To advance our status as an outstanding leader in educating, training and inspiring future speech-language pathologists to serve and advocate for individuals with communication disorders and differences.
The mission of the Department of Communication Disorders is to prepare graduate students for careers as speech-language pathologists. Upon graduation, students will possess the knowledge and skills required to pursue the Certificate of Clinical Competence in Speech-Language Pathology from the American Speech-Language-Hearing Association.
To accomplish this mission, the Department will provide an exemplary curriculum that prepares graduates to:
- Provide current, responsive, and ethical assessment and intervention services for varied communication disorders across the life span;
- Work with culturally and linguistically diverse populations;
- Engage in interprofessional collaboration;
- Be life-long learners, critical consumers, and evidence-based practitioners;
- Support, conduct, and disseminate research;
- Advance our discipline by educating the general public about our mission and available services; and
- Become advocates and leaders in the field.
The Department of Communication Disorders offers a Master of Science degree in speech-language pathology through the College of Health and Human Services. Matriculated students come from a variety of undergraduate degree programs. Their differing preparations provide a welcome diversity which enriches the program's educational offerings. The program is designed to prepare students to practice as speech-language pathologists in hospitals, rehabilitation centers, clinics, public and private schools and private practice. The educational program includes instruction in a broad array of diagnostic and treatment paradigms as well as supervised hands-on experience in the department's unique Center for Communication Disorders and at selected off-campus sites including schools and hospitals.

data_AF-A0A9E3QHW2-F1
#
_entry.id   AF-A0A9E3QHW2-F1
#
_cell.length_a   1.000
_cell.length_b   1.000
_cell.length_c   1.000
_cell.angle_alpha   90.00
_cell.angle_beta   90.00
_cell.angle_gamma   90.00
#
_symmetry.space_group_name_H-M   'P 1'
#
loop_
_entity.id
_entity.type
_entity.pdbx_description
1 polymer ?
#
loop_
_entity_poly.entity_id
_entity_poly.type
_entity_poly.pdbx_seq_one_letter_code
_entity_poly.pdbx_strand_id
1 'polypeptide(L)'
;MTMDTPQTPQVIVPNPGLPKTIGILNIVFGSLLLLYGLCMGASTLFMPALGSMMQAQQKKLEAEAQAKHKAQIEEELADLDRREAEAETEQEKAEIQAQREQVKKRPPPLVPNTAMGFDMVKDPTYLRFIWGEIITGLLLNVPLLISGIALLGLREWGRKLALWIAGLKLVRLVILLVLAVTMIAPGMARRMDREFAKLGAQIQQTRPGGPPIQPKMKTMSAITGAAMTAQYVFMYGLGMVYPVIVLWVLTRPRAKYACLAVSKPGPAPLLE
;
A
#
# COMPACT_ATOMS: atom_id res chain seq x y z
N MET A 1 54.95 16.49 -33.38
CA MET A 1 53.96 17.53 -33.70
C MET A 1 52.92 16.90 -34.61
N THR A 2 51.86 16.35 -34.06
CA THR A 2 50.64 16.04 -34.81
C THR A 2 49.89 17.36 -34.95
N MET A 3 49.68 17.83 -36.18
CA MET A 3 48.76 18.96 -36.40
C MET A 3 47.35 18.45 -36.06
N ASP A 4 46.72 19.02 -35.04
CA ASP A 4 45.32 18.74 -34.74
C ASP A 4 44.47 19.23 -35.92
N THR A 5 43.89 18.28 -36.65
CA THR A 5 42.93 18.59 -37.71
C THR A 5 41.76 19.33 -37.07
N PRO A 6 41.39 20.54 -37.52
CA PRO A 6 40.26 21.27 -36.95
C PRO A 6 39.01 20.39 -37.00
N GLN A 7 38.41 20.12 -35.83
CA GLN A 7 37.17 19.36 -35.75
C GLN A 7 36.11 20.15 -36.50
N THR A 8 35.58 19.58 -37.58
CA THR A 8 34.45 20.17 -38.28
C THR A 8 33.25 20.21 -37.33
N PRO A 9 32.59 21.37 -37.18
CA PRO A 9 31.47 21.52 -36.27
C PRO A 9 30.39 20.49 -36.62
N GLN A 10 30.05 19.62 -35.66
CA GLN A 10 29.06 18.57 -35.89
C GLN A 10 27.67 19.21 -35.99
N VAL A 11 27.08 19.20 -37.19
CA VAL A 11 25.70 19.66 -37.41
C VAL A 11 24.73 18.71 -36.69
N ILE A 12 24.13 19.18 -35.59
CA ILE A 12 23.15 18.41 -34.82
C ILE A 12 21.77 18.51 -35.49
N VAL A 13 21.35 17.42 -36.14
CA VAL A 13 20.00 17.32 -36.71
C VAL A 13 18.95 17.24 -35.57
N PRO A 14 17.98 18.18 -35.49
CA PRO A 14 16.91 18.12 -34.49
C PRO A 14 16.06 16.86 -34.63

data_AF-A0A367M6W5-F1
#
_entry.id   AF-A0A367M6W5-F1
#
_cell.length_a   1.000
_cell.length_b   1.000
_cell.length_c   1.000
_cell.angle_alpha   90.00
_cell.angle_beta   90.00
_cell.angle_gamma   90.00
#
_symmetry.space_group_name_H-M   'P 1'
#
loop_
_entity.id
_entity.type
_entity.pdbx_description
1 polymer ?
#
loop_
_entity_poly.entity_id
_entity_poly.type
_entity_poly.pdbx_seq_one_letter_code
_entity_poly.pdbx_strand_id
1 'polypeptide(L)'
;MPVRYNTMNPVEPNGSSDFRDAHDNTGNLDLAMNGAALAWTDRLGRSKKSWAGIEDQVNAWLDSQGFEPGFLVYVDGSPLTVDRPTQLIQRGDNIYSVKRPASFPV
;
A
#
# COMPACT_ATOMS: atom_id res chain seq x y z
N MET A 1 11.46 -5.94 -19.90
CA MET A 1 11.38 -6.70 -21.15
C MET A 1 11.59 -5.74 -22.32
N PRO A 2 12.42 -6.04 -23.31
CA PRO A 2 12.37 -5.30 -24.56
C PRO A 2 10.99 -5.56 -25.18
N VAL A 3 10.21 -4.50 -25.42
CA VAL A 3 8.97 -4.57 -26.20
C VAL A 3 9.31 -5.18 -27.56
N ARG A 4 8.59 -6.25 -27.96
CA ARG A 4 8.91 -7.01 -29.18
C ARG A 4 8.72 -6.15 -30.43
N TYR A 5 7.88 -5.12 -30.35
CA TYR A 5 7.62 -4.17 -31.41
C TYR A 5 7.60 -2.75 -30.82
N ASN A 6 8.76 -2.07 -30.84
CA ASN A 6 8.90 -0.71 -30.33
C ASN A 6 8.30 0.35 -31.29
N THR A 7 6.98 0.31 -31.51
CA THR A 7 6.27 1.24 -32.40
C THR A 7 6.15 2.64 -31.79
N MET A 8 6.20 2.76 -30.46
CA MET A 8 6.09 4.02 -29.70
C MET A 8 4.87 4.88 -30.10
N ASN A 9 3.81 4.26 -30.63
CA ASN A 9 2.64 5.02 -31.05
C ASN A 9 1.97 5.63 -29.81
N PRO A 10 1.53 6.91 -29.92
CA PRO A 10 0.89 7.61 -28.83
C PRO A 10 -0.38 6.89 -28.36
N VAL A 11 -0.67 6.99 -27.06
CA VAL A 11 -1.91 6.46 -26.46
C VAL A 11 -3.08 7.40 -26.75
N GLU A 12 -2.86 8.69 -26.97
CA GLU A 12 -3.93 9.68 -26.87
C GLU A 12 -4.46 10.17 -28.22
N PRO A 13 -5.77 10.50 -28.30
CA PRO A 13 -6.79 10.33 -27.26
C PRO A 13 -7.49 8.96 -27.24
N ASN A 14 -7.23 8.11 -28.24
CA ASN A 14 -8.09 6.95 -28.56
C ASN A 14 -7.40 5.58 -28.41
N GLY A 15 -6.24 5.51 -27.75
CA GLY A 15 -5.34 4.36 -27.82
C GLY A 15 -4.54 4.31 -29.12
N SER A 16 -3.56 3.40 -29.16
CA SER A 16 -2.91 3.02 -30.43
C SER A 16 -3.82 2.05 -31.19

The curriculum prepares students to serve as effective professionals in speech-language pathology. All students acquire a core of knowledge in normal developmental processes, language development, anatomy and neuroanatomy related to speech, language, hearing, and swallowing, as well as, speech and hearing science. Students learn the requisite skills to diagnose and treat children and adults with disorders in language, articulation, phonology, fluency, swallowing, voice and velopharyngeal function, as well as neurophysiologically-based speech and language, and cognitive disorders. Students also become proficient in the use and application of augmentative and alternative forms of communication and in the implementation of collaborative service delivery models.
Students will demonstrate knowledge in the following areas: normal developmental processes; hearing science; speech science; diagnostic audiology; rehabilitative audiology; research in the field of communication disorders; diagnostic and remedial principles in communication disorders; learning theory; cognitive development; dysphagia; literacy. This professional competence is demonstrated through successful completion of the ASHA Knowledge and Skills Acquisition (KASA) requirements.
Students will demonstrate knowledge of research findings and an interest in continuing education in order to develop and maintain clinical competencies to meet the needs of the speech-language-hearing impaired individual. This is demonstrated through completion of the Competency-Based Evaluation for Clinical Practicum and successful completion of the 605 capstone project or a thesis.
Students will demonstrate skills in goal setting, evaluation, interpersonal management, counseling, and professional report writing. This is demonstrated through the successful generalization of knowledge and skills as assessed by clinical instructors incidentally and through completion of the Competency-Based Evaluation for Clinical Practicum.